As to the general moral character of the Hindoos, the author, last mentioned, has exhibited the testimony of three competent Judges. The first, a King of Hindostan, who was well acquainted with the higher class of the Hindoos. The second, a city magistrate, who was conversant with the lower classes. The third, an author, well versed in their mythology. The first of these was a Mahometan; the second a modern philosopher; and the third a Christian.

According to the first, who was no less a personage, than Tamerlane the great, "The inhabitants of Hindostan and Bengal, are equally debilitated in their corporeal, and inert in their mental powers. They are inexorable in their temper, and, at the same time, so pernurious and sordid in mind, that nothing can be obtained from them, but by personal violence. It appears unquestionable to me, said that mighty chieftain, that this people are under the displeasure of the Almighty: otherwise a prophet would have been appointed for them to turn them away from the worship of idols, and fire and cows, and to direct them to the adoration of the true God. Like those dæmons, who, with a view to deceive, can assume the most specious appearances, the native of Hindostan cultivates imposture, fraud, and decep

tion, and considers them to be meritorious accomplishments. Should any person trust to him the care of his property, that person will be only the nominal possessor of it."

The second witness is Mr. Holwell, who was a city magistrate at Calcutta, about the middle of the last century. "The Gentoos, says he, are as degenerate, crafty, and superstitious, litigious, and wicked a people, as any race of beings in the old world, if not eminently more so, especially the common run of Bramins. And we can truly aver, that during almost five years, that we presided in the Judicial Court of Calcutta, never any murder, nor other atrocious crime came before us, but it was proved, in the end, that a Bramin was at the bottom of it."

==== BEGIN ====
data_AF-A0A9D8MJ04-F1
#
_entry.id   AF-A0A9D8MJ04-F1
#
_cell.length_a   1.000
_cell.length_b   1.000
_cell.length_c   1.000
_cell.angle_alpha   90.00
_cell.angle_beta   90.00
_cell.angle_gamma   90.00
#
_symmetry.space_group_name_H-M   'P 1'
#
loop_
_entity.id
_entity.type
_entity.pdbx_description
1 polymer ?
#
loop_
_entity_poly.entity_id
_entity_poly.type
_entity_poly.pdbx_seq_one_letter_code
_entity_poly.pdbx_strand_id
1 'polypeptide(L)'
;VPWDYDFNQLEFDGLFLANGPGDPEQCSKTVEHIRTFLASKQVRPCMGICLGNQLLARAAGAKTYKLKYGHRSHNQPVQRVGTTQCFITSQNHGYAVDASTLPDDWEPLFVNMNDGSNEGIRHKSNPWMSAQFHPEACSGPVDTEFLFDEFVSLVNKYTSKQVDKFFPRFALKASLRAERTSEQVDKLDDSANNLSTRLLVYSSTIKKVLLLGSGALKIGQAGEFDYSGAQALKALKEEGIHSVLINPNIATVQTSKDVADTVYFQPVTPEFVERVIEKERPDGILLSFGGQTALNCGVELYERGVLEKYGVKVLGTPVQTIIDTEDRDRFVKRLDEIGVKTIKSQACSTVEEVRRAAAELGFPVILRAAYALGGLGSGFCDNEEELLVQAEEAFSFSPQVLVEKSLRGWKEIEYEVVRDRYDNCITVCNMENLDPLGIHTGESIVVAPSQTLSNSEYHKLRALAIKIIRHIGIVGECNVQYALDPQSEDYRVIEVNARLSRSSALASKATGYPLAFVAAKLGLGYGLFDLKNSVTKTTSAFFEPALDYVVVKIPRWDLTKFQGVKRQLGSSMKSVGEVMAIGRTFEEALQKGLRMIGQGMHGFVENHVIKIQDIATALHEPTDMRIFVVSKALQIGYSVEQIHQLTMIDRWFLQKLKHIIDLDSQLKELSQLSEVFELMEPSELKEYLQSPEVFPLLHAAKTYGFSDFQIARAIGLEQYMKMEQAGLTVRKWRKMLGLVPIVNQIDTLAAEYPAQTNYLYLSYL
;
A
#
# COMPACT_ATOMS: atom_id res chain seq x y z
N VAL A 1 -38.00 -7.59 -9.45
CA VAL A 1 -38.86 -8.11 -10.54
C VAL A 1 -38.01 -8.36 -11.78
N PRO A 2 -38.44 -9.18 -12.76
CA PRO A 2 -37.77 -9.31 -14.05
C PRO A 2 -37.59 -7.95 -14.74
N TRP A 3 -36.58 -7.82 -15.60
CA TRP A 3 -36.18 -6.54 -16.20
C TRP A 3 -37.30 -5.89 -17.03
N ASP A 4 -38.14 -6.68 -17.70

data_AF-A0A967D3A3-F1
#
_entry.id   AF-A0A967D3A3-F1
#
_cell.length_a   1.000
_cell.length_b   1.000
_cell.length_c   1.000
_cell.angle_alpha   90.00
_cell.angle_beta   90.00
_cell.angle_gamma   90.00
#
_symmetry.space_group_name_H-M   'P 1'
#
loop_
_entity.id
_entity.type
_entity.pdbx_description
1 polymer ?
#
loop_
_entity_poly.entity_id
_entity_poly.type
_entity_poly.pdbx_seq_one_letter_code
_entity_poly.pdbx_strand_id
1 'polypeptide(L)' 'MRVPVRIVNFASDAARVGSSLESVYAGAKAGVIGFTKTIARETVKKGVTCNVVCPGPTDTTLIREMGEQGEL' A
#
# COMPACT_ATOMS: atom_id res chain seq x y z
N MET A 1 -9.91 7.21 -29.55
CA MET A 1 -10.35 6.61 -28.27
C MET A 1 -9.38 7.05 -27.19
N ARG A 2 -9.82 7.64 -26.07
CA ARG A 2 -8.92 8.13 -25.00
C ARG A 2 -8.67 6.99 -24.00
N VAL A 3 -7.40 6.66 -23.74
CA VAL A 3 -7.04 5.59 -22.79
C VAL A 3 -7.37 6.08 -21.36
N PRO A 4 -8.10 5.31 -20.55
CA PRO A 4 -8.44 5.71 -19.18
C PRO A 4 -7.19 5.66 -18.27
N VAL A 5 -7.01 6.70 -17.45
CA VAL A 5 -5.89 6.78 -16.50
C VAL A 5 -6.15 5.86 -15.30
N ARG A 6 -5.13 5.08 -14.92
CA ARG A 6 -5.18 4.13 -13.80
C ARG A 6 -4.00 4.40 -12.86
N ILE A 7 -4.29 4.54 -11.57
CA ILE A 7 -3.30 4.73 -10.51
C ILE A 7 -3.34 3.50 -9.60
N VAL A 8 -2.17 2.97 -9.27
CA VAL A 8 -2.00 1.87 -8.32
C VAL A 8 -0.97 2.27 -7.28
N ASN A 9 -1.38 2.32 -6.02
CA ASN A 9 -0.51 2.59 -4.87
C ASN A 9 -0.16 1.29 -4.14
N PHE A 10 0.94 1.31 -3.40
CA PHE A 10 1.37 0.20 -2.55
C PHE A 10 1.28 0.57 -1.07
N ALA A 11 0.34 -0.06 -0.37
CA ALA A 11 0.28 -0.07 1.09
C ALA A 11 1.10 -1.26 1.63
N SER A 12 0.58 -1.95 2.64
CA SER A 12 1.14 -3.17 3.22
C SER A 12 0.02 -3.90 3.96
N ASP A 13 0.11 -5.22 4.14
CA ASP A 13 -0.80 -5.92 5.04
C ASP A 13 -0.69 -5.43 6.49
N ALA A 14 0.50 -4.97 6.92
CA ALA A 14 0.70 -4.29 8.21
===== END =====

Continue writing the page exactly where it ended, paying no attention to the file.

Now, if such were, in general, the character of the instructors of religion, we wonder the less at that entire want of integrity, which he charges upon the people.

The third witness is Capt. Wilford, author of Essays on Indian and Egyptian Mythology, and who had long resided in the society of the Bramins. "The Pundit of Capt. Wilford, having, for a considerable time, been guilty of interpolating his books, and fabricating new sentences in old works, to answer a particular purpose, was at length detected, and publicly disgraced. As a last resort to save his character, he brought ten Bramins, not only as his compurgators, but to swear by what is most sacred in their religion to the genuineness of the extracts."

This depravity of morals was the legitimate offspring of their religious system. Agreeably to a remark made in regard to the ancient pagans, it may be said of these Hindoos, that their religion corrupted them. Such was the character of their gods, and such the ceremonics observed in their worship, that moral sensibility and discernment must have been gradually destroyed. By those scenes, which were exhibited at their temples, on days of public festivity, the law written upon the heart must have been effaced, and all distinction between virtue and vice confounded.